Take the 2-minute tour ×
Stack Overflow is a question and answer site for professional and enthusiast programmers. It's 100% free, no registration required.

A typical way to get the absolute path in BASH is:

`cd $THE_PATH; pwd`

But this doesn't work on tcsh/csh. if in tcsh, you

set kk=`cd $HOME; pwd`

the kk will hold the correct value of the absolute path, however, very weird, "ls $kk" gives you error, it says the path doesn't exist~!!

Can anyone inform me why this happened? Thanks.

[EDIT]

set kk=`cd $HOME; pwd`
cd $kk

will give this:

"^[]2;myid@machine003:/u/myid^G: No such file or directory."

But echo $kk is fine~

"/u/myid"
share|improve this question
5  
What is the output of echo $kk and what value did you expect? –  sarnold Apr 17 '12 at 2:54
    
It works find for me, at least for a couple of cases I just tried. What is the value of $THE_PATH, what directory are you starting in, and what is the value of $kk after you set it? Spaces or other special characters in your path could explain the problem you're seeing. –  Keith Thompson Apr 17 '12 at 5:20
    
Try doing this: echo "$kk" > temp.txt and then see what temp.txt contains. I wonder if you're picking up characters (such as Ctrl-G) that don't echo out, but are still part of the string. I tried your examples, but they work with tcsh on my system. –  David W. Apr 18 '12 at 3:51
    
@David. Yes, just like what I edited in the question, echo "$kk" > temp.txt shows that it contains weird characters. I just don't understand why this happened. "cd" is shell built-in, and pwd is /bin/pwd. –  solotim Apr 18 '12 at 6:53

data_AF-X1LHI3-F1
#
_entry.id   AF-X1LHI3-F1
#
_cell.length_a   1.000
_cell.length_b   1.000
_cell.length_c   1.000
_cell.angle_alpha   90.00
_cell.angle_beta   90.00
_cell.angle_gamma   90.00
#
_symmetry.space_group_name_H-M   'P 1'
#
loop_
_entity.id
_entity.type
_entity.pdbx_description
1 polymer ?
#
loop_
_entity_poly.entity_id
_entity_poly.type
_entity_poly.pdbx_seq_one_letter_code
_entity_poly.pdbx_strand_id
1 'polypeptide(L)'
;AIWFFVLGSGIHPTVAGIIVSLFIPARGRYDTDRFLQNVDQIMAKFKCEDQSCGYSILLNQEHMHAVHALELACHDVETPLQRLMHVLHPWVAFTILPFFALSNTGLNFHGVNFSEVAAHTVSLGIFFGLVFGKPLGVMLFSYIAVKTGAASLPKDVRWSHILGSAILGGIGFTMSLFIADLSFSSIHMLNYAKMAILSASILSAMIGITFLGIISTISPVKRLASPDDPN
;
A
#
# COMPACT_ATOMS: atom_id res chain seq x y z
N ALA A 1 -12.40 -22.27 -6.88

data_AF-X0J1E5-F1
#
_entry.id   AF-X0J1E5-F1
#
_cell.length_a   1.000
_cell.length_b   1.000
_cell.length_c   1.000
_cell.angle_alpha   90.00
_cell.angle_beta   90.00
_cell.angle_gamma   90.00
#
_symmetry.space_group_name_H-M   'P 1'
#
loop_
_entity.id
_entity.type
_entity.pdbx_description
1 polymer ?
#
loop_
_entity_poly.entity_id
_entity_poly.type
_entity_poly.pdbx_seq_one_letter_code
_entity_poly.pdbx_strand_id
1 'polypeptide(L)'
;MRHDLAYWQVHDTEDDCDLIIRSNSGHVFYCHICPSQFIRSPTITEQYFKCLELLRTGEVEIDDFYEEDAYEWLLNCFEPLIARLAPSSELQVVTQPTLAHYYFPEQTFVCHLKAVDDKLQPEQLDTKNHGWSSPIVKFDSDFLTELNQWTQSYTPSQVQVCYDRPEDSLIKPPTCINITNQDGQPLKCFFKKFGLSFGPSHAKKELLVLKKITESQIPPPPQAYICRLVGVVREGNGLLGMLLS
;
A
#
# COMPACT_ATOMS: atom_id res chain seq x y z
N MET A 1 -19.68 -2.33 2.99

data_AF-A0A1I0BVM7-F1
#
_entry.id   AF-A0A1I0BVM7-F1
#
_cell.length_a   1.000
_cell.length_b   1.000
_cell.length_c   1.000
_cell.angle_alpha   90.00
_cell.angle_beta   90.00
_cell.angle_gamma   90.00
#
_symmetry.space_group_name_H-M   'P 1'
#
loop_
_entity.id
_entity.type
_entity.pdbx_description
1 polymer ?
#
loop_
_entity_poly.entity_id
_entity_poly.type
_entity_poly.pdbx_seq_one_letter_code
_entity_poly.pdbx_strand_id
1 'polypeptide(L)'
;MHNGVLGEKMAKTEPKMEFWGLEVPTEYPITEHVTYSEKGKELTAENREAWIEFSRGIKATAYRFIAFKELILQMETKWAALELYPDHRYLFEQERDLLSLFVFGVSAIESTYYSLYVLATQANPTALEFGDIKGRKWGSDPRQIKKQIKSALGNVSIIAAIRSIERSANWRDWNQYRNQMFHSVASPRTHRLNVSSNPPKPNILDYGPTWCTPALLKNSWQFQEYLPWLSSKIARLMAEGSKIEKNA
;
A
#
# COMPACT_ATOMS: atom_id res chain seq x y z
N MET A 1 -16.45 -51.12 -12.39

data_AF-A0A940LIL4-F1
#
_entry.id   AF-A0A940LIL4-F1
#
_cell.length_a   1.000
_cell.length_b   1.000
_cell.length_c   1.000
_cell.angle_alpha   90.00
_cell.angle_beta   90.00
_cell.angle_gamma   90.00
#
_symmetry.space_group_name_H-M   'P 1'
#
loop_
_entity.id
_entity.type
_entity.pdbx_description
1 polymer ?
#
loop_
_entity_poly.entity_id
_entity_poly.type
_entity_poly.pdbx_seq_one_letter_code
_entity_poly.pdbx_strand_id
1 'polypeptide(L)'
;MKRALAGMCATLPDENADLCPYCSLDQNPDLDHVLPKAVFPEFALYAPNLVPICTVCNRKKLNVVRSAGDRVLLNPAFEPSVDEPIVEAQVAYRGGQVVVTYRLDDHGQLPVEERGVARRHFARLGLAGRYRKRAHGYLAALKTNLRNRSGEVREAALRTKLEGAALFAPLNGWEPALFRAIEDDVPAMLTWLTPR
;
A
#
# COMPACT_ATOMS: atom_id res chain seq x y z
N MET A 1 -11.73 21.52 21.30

1  
@solotim: Could you try to execute the commands of your question after doing unalias cwdcmd? –  bmk Apr 18 '12 at 9:47

1 Answer 1

up vote 1 down vote accepted

The problem is that you defined a cwdcmd alias. Regarding the tcsh man page the cwdcmd

... Runs after every change of working directory. ...

I.e.: When you execute cd the defined echo command is also executed and the output is saved into the $kk variable.

To avoid this you can delete the cwdcmd alias:

unalias cwdcmd

But be aware that that has the side effect that the desired functionality (probably setting the xterm title) does not work anymore then.

share|improve this answer

Your Answer

 
discard

By posting your answer, you agree to the privacy policy and terms of service.

Not the answer you're looking for? Browse other questions tagged or ask your own question.